While most congressional Republicans have refused to acknowledge that President-elect Joseph R. Biden Jr. has won the election, despite his standing with the Electoral College and the Trump campaign’s repeated court failures, several Republicans have begun to push for the transition to begin and to call on other party members to break their silence.
“It’s past time to start a transition, to at least cooperate with a transition,” Senator Kevin Cramer, Republican of North Dakota, said on Sunday, even as he insisted that President Trump should have additional time to pursue legal challenges to the outcome of the election. “I’d rather have a president who has more than one day to prepare.”
Representative Liz Cheney of Wyoming, the No. 3 House Republican, acknowledged that the dozens of lawsuits filed by the president did not go as far as to validate his claims. Instead, in a statement, she urged him to respect the electoral process and pursue his dissatisfaction with court decisions through legal means.
“If he is unsatisfied with the results in those lawsuits, then the appropriate avenue is to appeal,” she said. “If the president cannot prove these claims or demonstrate that they would change the election result, he should fulfill his oath to preserve, protect and defend the Constitution of the United States by respecting the sanctity of our electoral process.”
Representative Fred Upton, Republican of Michigan, a state where the president has challenged the results, said that there were “no issues of fraud anywhere.”
“The voters spoke,” Mr. Upton said on CNN’s “Inside Politics,” adding: “In Michigan, it’s not a razor-thin margin. It’s 154,000 votes. You’ve got to let those votes stand.”
Chris Christie, a former Republican governor of New Jersey and longtime ally of Mr. Trump, underscored the failure of the president’s legal team to provide evidence of widespread voter fraud, calling its conduct “a national embarrassment.”
“Elections have consequences, and we cannot continue to act as if something happened here that didn’t happen,” he said.
He urged senators to ask themselves, “What’s the right thing to do here?” and suggested that the president would be helpful supporting the Republican candidates for Senate in Georgia “rather than looking in the rearview mirror.”
On Saturday, Senator Patrick J. Toomey, Republican of Pennsylvania, congratulated Mr. Biden and Vice President-elect Kamala Harris on their victory, after a federal judge dismissed a Trump campaign lawsuit challenging the state’s election results. In a statement, Mr. Toomey said that the president had “exhausted all plausible legal options to challenge” the state’s results.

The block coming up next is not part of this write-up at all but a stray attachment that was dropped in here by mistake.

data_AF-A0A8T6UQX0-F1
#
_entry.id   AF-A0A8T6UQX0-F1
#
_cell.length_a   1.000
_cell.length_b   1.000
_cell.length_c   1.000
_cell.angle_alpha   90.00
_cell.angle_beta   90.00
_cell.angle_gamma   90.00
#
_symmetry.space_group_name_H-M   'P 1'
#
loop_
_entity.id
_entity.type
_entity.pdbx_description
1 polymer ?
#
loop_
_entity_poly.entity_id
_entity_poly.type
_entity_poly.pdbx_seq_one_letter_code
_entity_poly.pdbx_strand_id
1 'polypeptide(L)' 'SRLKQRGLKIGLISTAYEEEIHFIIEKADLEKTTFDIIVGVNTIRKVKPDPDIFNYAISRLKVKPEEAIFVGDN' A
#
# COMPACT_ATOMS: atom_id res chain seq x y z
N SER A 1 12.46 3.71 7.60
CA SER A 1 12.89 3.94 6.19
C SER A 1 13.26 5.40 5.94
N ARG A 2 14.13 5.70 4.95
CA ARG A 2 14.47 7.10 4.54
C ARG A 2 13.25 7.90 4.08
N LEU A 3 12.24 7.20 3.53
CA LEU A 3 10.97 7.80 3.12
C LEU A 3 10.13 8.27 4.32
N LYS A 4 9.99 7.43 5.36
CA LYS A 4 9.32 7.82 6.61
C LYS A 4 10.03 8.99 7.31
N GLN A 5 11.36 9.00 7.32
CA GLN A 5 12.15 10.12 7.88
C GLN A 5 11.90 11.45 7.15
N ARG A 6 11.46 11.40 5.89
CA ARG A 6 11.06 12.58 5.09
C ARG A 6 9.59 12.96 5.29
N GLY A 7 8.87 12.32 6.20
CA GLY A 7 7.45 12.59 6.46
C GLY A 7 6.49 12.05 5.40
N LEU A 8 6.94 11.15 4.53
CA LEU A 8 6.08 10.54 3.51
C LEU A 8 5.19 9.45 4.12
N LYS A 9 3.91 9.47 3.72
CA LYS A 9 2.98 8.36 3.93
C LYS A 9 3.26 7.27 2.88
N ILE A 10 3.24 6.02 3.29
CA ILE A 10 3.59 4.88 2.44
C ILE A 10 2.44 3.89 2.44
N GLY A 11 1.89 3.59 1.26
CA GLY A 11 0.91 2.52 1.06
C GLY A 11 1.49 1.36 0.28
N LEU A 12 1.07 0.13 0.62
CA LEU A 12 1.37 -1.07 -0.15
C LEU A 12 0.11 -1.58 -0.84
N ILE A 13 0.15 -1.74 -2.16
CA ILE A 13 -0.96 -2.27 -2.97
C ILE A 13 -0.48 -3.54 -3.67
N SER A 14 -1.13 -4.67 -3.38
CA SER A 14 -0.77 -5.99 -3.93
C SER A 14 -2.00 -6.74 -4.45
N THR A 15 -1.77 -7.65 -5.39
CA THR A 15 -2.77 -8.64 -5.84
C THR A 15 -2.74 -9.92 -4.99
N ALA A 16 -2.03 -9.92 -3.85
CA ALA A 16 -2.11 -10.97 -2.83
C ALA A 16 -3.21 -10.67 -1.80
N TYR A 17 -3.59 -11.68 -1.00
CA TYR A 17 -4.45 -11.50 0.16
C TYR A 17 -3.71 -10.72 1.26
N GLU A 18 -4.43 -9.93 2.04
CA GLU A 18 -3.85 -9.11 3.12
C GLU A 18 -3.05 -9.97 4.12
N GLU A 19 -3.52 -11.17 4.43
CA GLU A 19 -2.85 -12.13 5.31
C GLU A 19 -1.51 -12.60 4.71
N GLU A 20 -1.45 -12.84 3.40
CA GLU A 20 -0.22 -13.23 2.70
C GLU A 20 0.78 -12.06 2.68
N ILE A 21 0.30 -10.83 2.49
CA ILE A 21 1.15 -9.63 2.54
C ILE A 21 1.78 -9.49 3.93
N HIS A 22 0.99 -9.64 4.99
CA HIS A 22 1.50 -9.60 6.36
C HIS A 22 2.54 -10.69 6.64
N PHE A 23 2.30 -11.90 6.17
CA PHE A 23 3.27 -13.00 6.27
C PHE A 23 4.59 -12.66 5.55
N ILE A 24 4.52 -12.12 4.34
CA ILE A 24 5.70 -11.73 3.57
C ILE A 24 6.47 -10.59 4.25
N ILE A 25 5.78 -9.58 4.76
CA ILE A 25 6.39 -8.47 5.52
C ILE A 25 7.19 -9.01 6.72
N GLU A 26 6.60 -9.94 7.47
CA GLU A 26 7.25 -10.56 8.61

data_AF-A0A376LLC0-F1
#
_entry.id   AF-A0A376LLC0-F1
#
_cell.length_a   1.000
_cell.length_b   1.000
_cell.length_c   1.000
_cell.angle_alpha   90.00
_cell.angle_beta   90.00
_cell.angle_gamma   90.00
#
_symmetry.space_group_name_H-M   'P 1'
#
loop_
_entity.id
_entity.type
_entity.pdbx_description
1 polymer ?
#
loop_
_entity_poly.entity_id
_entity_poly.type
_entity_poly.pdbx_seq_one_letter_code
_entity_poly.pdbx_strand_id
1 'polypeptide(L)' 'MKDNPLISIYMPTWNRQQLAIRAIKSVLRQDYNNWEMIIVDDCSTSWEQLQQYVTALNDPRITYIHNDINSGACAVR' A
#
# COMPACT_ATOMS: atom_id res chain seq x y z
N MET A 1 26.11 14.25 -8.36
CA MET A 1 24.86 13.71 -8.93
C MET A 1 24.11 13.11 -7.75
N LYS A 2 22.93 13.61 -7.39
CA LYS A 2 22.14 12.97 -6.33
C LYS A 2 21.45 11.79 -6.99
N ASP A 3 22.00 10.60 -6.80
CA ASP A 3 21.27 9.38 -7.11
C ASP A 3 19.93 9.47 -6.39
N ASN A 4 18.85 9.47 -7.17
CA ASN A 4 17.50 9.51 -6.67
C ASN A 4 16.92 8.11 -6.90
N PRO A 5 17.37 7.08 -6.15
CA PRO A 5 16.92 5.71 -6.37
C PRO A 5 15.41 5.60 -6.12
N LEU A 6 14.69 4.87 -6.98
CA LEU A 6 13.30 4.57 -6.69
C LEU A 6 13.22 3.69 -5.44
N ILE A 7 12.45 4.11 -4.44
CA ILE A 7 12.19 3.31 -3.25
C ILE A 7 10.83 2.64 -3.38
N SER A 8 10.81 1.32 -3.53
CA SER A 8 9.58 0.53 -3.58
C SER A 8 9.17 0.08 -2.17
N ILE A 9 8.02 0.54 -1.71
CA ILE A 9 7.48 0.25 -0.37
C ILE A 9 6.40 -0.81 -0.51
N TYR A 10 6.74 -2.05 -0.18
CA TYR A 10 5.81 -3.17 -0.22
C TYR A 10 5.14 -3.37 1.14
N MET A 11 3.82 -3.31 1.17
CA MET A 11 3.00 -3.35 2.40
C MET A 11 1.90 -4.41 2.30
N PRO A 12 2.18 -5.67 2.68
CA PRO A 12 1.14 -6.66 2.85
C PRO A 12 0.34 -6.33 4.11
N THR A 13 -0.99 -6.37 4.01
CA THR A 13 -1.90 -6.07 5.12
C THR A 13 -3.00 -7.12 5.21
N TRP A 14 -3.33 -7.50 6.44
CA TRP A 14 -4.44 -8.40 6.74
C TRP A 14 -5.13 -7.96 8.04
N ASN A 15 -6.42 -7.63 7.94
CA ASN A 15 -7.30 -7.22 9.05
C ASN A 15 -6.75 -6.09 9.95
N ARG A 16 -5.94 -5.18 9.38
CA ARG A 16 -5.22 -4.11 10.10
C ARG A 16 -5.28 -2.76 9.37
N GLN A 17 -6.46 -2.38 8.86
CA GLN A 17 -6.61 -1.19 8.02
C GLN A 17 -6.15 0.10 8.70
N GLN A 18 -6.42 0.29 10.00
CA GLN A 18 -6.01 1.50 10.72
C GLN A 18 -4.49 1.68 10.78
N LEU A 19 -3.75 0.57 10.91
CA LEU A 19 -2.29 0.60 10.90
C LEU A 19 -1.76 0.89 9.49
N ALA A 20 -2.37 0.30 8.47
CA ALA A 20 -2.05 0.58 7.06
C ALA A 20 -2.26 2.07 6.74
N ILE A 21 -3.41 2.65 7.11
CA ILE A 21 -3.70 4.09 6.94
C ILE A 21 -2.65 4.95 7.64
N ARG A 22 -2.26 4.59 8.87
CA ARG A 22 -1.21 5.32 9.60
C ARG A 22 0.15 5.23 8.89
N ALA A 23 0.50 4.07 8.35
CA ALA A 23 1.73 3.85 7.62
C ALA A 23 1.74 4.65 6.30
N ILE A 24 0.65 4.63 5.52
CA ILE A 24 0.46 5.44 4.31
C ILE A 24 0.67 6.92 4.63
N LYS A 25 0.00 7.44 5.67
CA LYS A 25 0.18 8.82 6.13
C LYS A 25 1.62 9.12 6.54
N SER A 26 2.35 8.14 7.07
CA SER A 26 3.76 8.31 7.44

In an appearance on CNN’s “State of the Union” on Sunday, Gov. Larry Hogan, Republican of Maryland, called for more members of his party to speak out against Mr. Trump’s efforts to delegitimize the election.
“It’s time for them to stop the nonsense,” he said. “It just gets more bizarre every single day, and frankly I’m embarrassed that more people in the party aren’t speaking up.”
Mr. Hogan said that more politicians were beginning to voice their opposition, but that the president had been unwilling to take advice from those encouraging him to concede. He called for setting aside party loyalty for the good of the country, and said that
once the votes are certified in Michigan and Pennsylvania on Monday, the transition must begin.
“There would be no excuse whatsoever and it would be disgraceful if they didn’t begin the transition,” he said.
John R. Bolton, Mr. Trump’s former national security adviser, urged Republican leaders to speak out against the president’s behavior, describing Mr. Trump as “the political equivalent of a street rioter.”
Mr. Bolton called on “senior Republican leaders to join those who have begun to come out and say, ‘Trump’s behavior is inexcusable.’”
“Look,” he continued, “the Republican Party is not going to be saved by hiding in a spider hole. We need all of our leaders to come out and say, ‘The election is over.’”
A closing statement released on Sunday by officials at the Group of 20 summit served as perhaps the Trump presidency’s final reminder of the wide gulf between the United States and its allies on handling global threats, like the coronavirus pandemic and climate change.